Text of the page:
PSYC 2010- Chapter 12 Notes
PSYC 2010- Chapter 12 Notes Psyc 2010-003
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This 4 page Class Notes was uploaded by Morgan Dimery on Monday April 25, 2016. The Class Notes belongs to Psyc 2010-003 at Clemson University taught by Edwin G. Brainerd in Summer 2015. Since its upload, it has received 31 views. For similar materials see Introduction to Psychology in Psychlogy at Clemson University.
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Date Created: 04/25/16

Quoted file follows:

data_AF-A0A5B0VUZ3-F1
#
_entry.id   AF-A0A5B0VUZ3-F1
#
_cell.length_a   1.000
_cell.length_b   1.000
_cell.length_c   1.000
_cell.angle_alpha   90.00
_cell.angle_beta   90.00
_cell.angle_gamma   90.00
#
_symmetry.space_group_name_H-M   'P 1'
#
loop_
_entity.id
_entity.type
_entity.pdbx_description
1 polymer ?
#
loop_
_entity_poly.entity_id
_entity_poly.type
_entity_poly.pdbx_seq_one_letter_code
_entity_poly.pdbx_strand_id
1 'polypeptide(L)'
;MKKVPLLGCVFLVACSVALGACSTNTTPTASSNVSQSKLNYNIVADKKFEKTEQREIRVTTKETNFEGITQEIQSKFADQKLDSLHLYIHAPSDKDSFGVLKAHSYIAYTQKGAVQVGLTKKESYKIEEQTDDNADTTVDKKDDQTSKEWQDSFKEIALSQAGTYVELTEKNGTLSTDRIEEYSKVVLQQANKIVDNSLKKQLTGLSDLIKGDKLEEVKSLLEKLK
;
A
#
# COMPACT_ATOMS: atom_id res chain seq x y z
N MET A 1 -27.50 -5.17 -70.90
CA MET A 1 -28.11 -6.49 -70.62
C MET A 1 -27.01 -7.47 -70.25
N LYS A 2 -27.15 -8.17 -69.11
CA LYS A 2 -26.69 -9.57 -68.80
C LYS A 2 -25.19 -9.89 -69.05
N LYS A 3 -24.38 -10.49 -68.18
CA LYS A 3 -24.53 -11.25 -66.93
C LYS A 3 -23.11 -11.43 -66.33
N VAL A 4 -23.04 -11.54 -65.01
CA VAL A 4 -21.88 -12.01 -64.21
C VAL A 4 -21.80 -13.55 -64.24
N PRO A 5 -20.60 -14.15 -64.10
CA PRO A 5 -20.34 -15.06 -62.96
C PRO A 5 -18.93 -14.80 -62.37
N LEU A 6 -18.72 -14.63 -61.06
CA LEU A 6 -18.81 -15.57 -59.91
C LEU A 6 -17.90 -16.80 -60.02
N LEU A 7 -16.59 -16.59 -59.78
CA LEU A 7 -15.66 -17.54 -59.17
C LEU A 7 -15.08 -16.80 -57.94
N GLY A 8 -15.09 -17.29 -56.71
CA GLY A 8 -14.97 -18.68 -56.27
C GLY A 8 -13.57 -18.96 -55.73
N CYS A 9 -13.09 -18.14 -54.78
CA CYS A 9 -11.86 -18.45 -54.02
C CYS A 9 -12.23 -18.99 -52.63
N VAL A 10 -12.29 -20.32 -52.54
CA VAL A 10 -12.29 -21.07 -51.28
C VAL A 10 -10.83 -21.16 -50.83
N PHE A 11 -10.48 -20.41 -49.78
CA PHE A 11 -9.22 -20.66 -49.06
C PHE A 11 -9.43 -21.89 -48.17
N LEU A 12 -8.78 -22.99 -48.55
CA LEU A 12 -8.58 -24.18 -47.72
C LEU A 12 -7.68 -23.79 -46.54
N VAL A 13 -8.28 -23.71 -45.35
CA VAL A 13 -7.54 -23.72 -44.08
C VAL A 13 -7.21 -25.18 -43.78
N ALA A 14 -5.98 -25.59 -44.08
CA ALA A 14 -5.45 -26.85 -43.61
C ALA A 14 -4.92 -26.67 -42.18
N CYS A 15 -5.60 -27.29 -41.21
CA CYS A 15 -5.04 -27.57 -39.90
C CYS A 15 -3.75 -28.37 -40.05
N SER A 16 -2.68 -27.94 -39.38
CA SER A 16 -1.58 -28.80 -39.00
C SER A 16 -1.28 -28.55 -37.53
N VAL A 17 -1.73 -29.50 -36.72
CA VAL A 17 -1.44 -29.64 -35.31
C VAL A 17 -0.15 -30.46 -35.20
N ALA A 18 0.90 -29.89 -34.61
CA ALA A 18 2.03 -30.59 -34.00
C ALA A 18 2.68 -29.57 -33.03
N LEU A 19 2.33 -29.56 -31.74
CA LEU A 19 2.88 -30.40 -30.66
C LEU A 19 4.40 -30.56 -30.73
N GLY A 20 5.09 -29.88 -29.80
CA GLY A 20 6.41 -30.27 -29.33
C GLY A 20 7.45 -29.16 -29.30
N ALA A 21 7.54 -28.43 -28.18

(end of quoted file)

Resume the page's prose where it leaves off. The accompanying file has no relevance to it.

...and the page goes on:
Chapter 12 Social Behavior Personal perception is the process of forming impressions of others. Physical attractiveness plays a huge role in the impressions people make on others. Attractive people tend to be associated with more positive characteristics rather than people who are less attractive. Stereotypes can also affect the way a person is viewed. These are the beliefs that a person has a set of characteristics just because they are apart of a particular group. There are gender, ethnic, and occupational stereotypes. Stereotypes cause people to have certain expectations of others. People tend to see what they expect to see, and also overestimate how often they see certain things. This is called illusory correlation. Evolutionary theorists say that humans automatically categorize certain people into groups because things that our distant ancestors did. They classified people as being in the ingroup, a group that one belongs to and identifies with, or in the outgroup, a group that one does not belong to or identify with. Ingroup members tend to be viewed with positive characteristics, and outgroup members tend to be viewed with negative characteristics. Humans make attributions to explain certain behaviors. These are inferences that people draw about the causes of events, others’ behavior, and their own behavior. Attributions are necessary to have an understanding of experiences. Fritz Heider was the first person to describe how people make attributions. He said that there are both internal and external attributions. Internal attributions ascribe the cause of behavior to personal dispositions, traits, abilities, and feelings. External attributions ascribe the causes of behavior to situational demands and environmental conditions. Bernard Weiner included stability with attribution. He said that you could have both unstable and stable internal and external attributions. Stable things are things that are permanent and unstable things are temporary. Sometimes attributions are not the correct explanations for events. Actor-‐observer bias is about how a person might view himself or herself differently then someone who is observing them. The fundamental attribution error refers to observers’ bias in favor of internal attributions in explaining others’ behavior. In general, actors favor external attributions for their behavior, while observers are more likely to explain the same behavior with internal attributions. Self-‐serving bias comes into play when people try to explain their successes and failures. This is the tendency to attribute one’s successes to personal factors and one’s failures to situational factors. Attribute tendencies are also influenced by individualism and collectivism. Individualism involves putting personal goals ahead of group goals and defining one’s identity in terms of personal attributes rather than group memberships. Collectivism involves putting group goals ahead of personal goals and defining one’s identity in terms of the groups one belongs to. Collectivistic cultures seem to experience the fundamental attribution error less often than individualistic cultures. Self-‐serving bias seems to be prevalent in individualistic cultures. Western society tends to be more individualistic. Interpersonal attraction refers to positive feelings toward another person. Research has shown that the key determinant for physical attraction is physical appearance. The matching hypothesis states that males and females of about equal physical attractiveness are likely to select each other as partners. Even though many times people say, “opposites attract,” research has shown that actually people who are more similar to each other tend to attract to each other more. Research has also shown that people tend to gradually modify their attitudes in ways that make them more like the other person. This is known as attitude alignment. Psychologists say that there are many different types of love. One of them is passionate and another is companionate love. These are the types that romantic relationships have. Passionate love is a complete absorption in another that includes tender sexual feelings and the agony and ecstasy of intense emotion. Companionate love is warm, trusting, tolerant feelings for another whose life is intertwined with one’s own. These types of love can coexist, but they do not have to go hand in hand. Love is brought about by major dopamine release that activates pleasure centers all over the brain. Another type of love is love as attachment. This is similar to the infant-‐caregiver attachment discussed in the previous chapter. Hazan and Shaver said that romantic love is an attachment process. They said that it resembles the same attachment formed in infancy. If there was a secure attachment with their mother, then the adult will most likely find it pretty easy to get close to others and have feelings of love and trust. If the child was anxious-‐ambivalent, then as an adult they will most likely have a lot of feelings of rejection and jealousy. If the child was avoidant, then as an adult they will find it hard to get close to other people. People from different cultures tend to still look for the same types of things in their partner. The basis for love tends to differ in some cultures, though. In Western society, passionate love seems to be the basis, but in collectivistic societies marriages tend to be arranged. There are a few key things that researchers feel play apart in making someone attractive. Facial symmetry is a key element in someone being attractive because abnormalities tend to imply poor genes or health. Men also seem to look at a women’s waist to hip ratio. Most of the time men prefer women to have an hourglass figure. Men seem to place more emphasis on the youthfulness and physical attractiveness in their mates, and women seem to place more emphasis on social status, ambition, and financial potential in their mates. Attitudes are positive or negative evaluations of objects of thought. These can include social issues, groups, institutions, or people. Attitudes are made up into three components: • Cognitive component-‐ made up of the beliefs people hold about the object of an attitude • Affective component-‐ emotional feelings stimulated by an object of thought • Behavioral component-‐ predispositions to act in certain ways toward an attitude object The two main types of attitudes are explicit attitudes and implicit attitudes. Explicit attitudes are attitudes that one holds consciously and can readily describe. Implicit attitudes are covert attitudes that are expressed in subtle automatic responses over which one has little conscious control. The correlation between a person’s attitude and a person’s behavior is weak at best. Certain circumstances can influence one’s attitude and cause them to behave differently than they normally would. There are many things going on day-‐to-‐day that are trying to change your attitude. The source is the person who sends a communication. The receiver is the person to whom the message is sent, and whose attitude is trying to be changed. The message is the information transmitted by the source, and the channel is the medium through which the message is sent. A source that has high credibility, trustworthiness, and likability is more likely to influence someone’s attitude to change. The way that a message is presented also influences how well it will make someone change their attitude. The mere exposure effect is the finding that repeated exposures to a stimulus promote a greater likely of the stimulus. The type of attitude of the receiver also has an influence. Stronger attitudes are more resistant to change than weaker attitudes. Leon Festinger has the dissonance theory. This assumes that inconsistency among attitudes propels people in the direction of attitude change. His experiment showed that it was possible to influence someone to do something that they feel negatively about by telling him or her positive things about it. He said that cognitive dissonance exists when related attitudes or beliefs are inconsistent-‐ when they contradict each other. This can explain why some people come to believe their own lies. Solomon Asch did a study of conformity. Conformity occurs when people yield to real or imagined social pressure. He did this by showing a line on a piece of paper, and then showing three other lines and asking which of these lines were the same as the first line. Six of the people were working with him, and one person was not. All of the six people working with him were told to answer incorrectly. It was found that 37% of the time the seventh person would conform and answer incorrectly even if they knew that was the wrong answer. Stanley Milgram did a study of obedience by using a fake electrocution. Milgram was the experimenter, and he assigned a teacher and a learner. The learned had to answer an analogy question correctly, or they would be electrocuted. Each time a question was answered incorrectly the shock would be worse and worse. The learner was told by the experimenter to answer the first one correctly, and then get the rest of the questions wrong on purpose. There was not actually an electrocution. There was a recording that was played each time the learner was “electrocuted.” The teacher would begin to get worried as the screams because worse and worse. The experimenter would assure them that there was a shock, but that the learner was not actually experiencing any pain. 65% of the teachers in this experiment listened to the experimenter and did all of the electrocutions. This shows that we are more obedient than we would like to admit. There were many ethical concerns associated with this experiment. Phillip Zimbardo did an experiment on the power of situation. 24 college students were selected to take part in a life in prison study. Some were assigned as guards, and others as prisoners. The prisoners were arrested at their homes and then taken to the jail and treated just like an actual prisoner would be. The guards were told to treat the prisoners like actual prisoners would be treated, except not to inflict harm on them. It turned out that the roles were played just like they would actually be in real life. He attributed the roles to the enormous influence that social roles have on behavior. Social roles are widely shared expectations about how people in certain positions are supposed to behave. Behavior of individuals can also be different when they are in groups. There seems to be low productivity when working in groups. The bystander effect is that people are less likely to provide needed help when they are in groups than when they are alone. Social loafing is a reduction in effort by individuals when they work in groups as compared with when they work by themselves. There are also some things that explain decision-‐making in groups. Group polarization occurs when group discussion strengthens a group’s dominant point of view and produces a shift toward more extreme decision in that direction. Groupthink occurs when members of a cohesive group emphasize concurrence at the expense of critical thinking in arriving at a decision. Group cohesiveness refers to the strength of the liking relationships linking group members to each other and to the group itself. Personal Application-‐ Understanding Prejudice • Prejudice is a negative attitude held toward members of a group • Discrimination involves behaving differently, usually unfairly, towards the members of a group